T790M-positive patients can expect prolonged inhibition of tumors during treatment with osimertinib, whereas treatment options are limited for T790M-negative patients. Most T790M-negative patients receive chemotherapy or best supportive care, depending on their condition. However, the ORR of chemotherapy is only 20% in contrast to that of osimertinib . These findings imply that the presence of T790M has a great impact on the subsequent clinical course of patients, leading to better outcomes. However, the significance of repeat biopsies in patients with NSCLC who are T790M-negative on an initial rebiopsy is unclear. In addition, assuming that rebiopsy finds additional T790M-positive patients, the efficacy of osimertinib in such patients remains unclear.
These unresolved questions prompted us to investigate whether multiple rebiopsies following some interval could detect additional T790M-positive NSCLC patients and whether osimertinib would be effective in such patients.
Among 102 patients with EGFR-mutant NSCLC treated with EGFR TKIs, 55 who underwent at least one rebiopsy to detect the T790M mutation were included in the analysis. The patients’ characteristics are summarized in Table 1. Their median age was 66 years (range, 41–85 years), and female patients were dominant. All patients had adenocarcinoma histology. In total, 35 patients had the EGFR exon 19 deletion and 20 had the exon 21 L858R point mutation.
Table 1: Patient characteristics
Median age, years (range)
Histology (Ad / others)
EGFR mutation status (del / L858R)
Smoking, median pack-years (range)
Gender (male / female)
17 / 38
Stage (IIB or IV / recurrence)
38 / 17
Abbreviations: Ad, adenocarcinoma.
del, exon 19 deletion mutation; L858R, exon 21 L858R point mutation.
Frequency of the secondary T790M mutation
Figure 1 presents a flow chart of the patients included in this study.
Figure 1: Study flow chart.
Among the total of 102 patients, 47 had no successfully obtained rebiopsy sample (31 without progression, 9 with progression before clinical approval of osimertinib, 6 unsuccessful tissue rebiopsies or no targetable lesion, and 1 excluded for sequential osimertinib due to drug-induced pneumonitis caused by prior EGFR TKI).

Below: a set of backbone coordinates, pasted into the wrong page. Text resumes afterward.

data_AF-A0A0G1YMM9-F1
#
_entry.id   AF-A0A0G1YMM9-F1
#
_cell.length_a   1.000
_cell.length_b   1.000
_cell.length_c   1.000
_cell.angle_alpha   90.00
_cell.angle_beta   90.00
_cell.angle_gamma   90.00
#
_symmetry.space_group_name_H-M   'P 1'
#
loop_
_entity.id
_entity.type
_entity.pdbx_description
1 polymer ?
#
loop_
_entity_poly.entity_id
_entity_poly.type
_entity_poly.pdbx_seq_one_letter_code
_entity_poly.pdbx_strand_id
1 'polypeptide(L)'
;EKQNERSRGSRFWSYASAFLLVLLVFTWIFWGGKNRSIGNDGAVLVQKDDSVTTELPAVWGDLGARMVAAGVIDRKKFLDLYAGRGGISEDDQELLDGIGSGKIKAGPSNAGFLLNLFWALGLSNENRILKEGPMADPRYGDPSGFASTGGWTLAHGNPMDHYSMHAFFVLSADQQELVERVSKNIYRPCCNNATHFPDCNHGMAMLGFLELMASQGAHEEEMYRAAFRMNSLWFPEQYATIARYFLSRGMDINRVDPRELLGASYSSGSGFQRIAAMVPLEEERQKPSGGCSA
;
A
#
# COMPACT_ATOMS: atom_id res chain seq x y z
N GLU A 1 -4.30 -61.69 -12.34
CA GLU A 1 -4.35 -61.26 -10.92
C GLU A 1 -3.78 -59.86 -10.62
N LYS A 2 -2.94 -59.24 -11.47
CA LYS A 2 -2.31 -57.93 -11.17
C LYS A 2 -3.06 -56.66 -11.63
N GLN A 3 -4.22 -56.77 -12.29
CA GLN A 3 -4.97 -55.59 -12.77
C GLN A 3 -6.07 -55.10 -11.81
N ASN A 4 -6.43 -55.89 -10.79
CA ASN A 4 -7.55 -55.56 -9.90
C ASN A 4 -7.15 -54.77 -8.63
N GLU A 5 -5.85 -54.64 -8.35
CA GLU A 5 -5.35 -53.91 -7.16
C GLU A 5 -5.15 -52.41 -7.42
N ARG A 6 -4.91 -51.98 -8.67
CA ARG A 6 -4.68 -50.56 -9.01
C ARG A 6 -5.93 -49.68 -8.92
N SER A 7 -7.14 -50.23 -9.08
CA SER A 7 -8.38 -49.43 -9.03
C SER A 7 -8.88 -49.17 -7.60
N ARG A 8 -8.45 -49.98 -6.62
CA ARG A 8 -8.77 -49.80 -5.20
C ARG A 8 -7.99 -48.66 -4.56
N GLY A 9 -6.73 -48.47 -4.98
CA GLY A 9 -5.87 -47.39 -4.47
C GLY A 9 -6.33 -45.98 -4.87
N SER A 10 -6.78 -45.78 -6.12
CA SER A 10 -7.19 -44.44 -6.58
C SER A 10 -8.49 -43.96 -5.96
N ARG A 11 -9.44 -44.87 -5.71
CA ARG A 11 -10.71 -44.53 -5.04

Among the 55 patients who underwent the first rebiopsy, 25 (45.4%) were diagnosed as T790M-positive. Of the remaining 30 patients, 21 underwent repeat rebiopsy following interval treatment, and 12 additional patients were diagnosed as T790M-positive (12/55, 21.8%). In total, the frequency of T790M increased from 45.4% (25/55) to 67.3% (37/55) by repeat biopsy.
The rebiopsied sites are summarized in Figure 2. In total, 42% of first rebiopsies were performed on pulmonary lesions, followed by blood biopsy, and lymph-node biopsy, while the frequency of pleural or pericardial effusion increased in the second/third rebiopsies. Because fewer incidents of T790M in central nervous system lesions are reported [8, 9], we determined the T790M incidence using cerebrospinal fluid; only one T790M patient was found using cerebrospinal fluid. T790M incidence, detected using cerebrospinal fluid and other samples, was 0/3 and 25/52 in the first rebiopsy, and 1/2 and 11/21 in the 2nd/3rd rebiopsy, respectively. We also explored whether any patients were T790M negative using a blood-based assay during the first rebiopsy and T790M positive using a tissue-based assay during the second or third rebiopsy. No patient was blood-negative and tissue-positive, implying that the T790M-positive repeated rebiopsy results in this cohort were not caused by lower sensitivity of the blood-based assay.
Figure 2: Rebiopsied lesion. Each pie chart shows the lesion where a rebiopsy was performed.
Response to osimertinib